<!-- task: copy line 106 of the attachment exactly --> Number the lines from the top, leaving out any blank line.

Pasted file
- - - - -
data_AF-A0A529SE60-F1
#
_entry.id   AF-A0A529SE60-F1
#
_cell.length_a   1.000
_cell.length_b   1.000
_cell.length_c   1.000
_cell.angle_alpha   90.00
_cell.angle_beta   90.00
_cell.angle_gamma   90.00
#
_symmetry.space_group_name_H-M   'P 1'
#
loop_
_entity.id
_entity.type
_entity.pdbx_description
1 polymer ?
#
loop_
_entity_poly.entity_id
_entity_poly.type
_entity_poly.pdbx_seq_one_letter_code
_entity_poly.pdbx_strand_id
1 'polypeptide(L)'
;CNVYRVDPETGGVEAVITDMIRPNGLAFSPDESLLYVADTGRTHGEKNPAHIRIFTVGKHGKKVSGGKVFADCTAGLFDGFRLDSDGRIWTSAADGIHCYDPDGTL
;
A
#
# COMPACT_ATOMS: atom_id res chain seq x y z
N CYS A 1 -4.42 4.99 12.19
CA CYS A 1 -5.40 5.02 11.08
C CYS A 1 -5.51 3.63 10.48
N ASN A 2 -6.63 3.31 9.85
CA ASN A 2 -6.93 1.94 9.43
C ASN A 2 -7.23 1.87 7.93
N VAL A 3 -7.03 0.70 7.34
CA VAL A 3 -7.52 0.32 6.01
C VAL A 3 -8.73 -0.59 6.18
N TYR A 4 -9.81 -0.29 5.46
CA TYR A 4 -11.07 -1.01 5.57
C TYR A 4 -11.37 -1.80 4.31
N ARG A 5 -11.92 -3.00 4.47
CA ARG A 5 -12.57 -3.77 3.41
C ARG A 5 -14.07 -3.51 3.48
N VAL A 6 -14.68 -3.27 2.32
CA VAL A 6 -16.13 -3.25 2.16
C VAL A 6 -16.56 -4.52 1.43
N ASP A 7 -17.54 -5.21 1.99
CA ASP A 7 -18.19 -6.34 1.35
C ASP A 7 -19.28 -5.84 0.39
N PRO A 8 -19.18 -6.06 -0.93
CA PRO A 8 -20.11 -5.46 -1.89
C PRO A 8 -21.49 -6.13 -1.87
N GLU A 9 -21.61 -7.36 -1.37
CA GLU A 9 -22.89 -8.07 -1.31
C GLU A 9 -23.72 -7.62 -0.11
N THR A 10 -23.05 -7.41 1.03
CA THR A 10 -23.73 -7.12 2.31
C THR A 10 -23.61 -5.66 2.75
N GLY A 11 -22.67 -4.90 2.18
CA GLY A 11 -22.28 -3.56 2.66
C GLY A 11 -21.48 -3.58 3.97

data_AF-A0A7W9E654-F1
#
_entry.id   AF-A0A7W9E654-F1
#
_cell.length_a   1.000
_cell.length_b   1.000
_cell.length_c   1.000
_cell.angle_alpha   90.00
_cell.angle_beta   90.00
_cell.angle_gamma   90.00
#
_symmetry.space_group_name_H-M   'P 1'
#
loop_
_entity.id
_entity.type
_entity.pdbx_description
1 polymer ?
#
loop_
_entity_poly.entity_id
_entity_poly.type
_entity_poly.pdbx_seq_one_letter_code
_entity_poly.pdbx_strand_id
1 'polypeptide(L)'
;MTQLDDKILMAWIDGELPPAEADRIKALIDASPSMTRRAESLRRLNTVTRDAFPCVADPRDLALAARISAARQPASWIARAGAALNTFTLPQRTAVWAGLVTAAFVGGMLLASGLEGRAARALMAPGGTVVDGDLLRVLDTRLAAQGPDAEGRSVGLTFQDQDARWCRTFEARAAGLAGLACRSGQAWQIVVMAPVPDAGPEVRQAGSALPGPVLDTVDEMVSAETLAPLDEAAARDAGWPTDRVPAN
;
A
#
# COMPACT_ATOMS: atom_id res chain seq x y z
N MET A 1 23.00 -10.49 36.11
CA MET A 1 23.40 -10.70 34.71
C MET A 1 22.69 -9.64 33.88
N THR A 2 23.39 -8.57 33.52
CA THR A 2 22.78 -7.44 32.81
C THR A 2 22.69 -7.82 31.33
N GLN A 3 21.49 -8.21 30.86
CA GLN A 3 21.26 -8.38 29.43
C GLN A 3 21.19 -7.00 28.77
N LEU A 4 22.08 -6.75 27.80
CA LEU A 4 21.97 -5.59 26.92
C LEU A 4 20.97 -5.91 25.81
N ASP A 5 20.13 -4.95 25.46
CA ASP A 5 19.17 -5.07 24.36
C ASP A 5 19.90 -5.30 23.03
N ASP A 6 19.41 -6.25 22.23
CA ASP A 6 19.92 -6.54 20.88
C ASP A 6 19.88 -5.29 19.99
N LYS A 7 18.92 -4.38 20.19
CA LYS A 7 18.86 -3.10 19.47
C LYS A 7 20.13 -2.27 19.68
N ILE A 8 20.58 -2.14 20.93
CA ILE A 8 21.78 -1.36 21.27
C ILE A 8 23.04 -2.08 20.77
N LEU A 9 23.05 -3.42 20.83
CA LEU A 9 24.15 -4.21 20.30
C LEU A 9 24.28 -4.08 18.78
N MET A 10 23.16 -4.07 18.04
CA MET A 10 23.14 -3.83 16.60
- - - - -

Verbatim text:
N ASP A 5 20.13 -4.95 25.46